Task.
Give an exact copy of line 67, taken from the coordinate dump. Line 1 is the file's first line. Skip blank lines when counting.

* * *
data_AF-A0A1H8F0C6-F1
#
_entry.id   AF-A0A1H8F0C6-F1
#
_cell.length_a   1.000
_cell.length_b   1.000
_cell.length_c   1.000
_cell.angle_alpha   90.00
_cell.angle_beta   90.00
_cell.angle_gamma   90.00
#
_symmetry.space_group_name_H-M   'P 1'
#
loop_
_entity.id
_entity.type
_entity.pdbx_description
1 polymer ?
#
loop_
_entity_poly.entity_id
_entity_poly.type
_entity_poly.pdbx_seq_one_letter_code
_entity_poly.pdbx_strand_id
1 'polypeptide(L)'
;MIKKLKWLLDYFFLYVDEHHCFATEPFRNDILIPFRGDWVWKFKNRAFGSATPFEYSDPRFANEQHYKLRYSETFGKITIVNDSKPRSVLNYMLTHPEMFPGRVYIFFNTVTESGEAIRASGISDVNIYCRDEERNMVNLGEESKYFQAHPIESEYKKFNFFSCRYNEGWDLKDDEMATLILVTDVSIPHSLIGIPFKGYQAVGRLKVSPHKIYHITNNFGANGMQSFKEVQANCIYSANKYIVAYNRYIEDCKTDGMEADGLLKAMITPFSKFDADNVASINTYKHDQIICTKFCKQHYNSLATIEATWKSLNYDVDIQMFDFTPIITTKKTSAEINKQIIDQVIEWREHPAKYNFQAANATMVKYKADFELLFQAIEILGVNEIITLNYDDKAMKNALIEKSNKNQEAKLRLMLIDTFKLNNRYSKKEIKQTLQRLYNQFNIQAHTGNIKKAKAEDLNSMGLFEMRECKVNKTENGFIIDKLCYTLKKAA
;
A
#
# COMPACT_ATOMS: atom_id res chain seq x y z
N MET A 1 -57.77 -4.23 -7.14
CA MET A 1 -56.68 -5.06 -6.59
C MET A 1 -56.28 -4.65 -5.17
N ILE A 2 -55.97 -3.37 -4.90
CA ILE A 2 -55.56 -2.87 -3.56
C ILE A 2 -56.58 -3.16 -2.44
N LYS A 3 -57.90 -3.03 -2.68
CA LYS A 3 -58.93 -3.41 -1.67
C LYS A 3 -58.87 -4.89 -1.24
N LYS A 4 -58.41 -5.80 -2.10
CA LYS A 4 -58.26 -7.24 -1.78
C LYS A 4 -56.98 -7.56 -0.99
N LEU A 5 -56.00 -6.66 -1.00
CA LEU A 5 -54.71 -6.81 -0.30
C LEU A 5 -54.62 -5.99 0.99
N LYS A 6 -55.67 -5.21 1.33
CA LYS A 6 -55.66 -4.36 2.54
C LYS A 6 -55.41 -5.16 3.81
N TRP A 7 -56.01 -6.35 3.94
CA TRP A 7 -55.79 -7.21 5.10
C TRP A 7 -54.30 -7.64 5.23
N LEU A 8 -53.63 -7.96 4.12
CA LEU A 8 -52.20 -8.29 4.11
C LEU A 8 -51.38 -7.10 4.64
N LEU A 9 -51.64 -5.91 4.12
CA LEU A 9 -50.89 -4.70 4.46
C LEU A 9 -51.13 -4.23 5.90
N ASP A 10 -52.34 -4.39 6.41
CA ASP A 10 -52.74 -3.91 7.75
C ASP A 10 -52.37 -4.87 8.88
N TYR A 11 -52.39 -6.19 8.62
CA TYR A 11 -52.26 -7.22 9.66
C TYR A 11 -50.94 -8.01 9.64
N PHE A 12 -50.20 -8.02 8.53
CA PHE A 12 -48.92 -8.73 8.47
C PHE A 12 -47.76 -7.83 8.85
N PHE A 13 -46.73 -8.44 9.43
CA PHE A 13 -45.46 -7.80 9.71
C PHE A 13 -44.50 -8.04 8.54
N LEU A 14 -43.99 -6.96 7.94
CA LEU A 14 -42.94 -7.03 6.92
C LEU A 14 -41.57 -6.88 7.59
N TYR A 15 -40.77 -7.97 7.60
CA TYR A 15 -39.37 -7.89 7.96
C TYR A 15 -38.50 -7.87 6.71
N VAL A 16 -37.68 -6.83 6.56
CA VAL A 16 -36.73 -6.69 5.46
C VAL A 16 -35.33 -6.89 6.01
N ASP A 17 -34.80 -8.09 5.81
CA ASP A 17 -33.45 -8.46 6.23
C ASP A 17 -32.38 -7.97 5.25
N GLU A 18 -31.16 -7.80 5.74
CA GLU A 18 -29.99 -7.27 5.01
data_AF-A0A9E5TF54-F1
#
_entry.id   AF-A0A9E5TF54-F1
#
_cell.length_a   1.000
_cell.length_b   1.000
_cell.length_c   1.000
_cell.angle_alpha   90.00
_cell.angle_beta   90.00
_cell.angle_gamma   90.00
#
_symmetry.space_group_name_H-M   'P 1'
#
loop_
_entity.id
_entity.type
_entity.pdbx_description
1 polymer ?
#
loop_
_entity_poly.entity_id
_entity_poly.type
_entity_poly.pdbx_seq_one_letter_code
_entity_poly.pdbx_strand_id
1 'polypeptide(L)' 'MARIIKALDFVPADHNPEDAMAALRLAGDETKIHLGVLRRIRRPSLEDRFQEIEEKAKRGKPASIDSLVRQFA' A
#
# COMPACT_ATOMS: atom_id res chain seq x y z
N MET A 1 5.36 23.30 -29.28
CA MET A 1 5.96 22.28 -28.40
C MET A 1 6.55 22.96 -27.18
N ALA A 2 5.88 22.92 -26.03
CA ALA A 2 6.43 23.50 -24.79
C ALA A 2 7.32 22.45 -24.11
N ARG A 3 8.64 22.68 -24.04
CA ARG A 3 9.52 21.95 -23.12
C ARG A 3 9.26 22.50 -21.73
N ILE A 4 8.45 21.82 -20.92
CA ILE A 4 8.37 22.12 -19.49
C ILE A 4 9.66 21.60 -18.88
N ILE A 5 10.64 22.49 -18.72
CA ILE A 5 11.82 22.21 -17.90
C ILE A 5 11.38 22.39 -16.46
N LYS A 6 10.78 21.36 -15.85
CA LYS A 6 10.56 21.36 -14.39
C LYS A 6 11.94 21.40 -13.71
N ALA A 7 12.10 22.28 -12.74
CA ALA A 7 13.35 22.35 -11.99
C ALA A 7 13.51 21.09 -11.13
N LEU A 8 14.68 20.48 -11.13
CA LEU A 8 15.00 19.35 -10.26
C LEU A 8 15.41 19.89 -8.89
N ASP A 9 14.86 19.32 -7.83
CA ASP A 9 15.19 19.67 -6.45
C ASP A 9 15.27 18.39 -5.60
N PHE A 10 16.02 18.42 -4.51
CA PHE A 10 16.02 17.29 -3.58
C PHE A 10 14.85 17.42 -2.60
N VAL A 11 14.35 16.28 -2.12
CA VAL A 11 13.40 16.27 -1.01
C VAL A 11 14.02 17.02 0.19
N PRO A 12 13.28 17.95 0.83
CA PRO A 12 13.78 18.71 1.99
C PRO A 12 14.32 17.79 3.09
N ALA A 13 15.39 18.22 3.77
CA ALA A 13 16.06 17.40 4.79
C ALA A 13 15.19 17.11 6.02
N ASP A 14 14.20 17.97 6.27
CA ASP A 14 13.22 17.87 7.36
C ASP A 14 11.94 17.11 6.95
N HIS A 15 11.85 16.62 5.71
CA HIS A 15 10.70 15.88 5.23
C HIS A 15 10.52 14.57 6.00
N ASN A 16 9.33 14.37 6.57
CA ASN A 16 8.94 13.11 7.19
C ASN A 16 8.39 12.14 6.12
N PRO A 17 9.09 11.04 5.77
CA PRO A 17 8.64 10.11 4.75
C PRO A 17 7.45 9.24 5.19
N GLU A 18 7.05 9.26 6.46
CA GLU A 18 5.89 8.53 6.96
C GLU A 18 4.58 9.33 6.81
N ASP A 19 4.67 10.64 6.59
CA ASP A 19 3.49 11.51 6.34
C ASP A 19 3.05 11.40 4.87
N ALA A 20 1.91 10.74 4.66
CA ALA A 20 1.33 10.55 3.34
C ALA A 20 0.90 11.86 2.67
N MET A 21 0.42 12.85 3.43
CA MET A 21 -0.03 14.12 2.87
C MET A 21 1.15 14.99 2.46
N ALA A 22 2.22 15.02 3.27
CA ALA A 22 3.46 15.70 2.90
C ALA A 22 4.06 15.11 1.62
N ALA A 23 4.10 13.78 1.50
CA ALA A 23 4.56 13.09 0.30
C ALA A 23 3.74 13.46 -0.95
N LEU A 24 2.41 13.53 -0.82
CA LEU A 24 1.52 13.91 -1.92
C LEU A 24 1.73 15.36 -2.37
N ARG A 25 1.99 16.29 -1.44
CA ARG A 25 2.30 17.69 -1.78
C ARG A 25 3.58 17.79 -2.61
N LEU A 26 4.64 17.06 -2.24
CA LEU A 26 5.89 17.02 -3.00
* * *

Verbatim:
N PHE A 13 -46.73 -8.44 9.43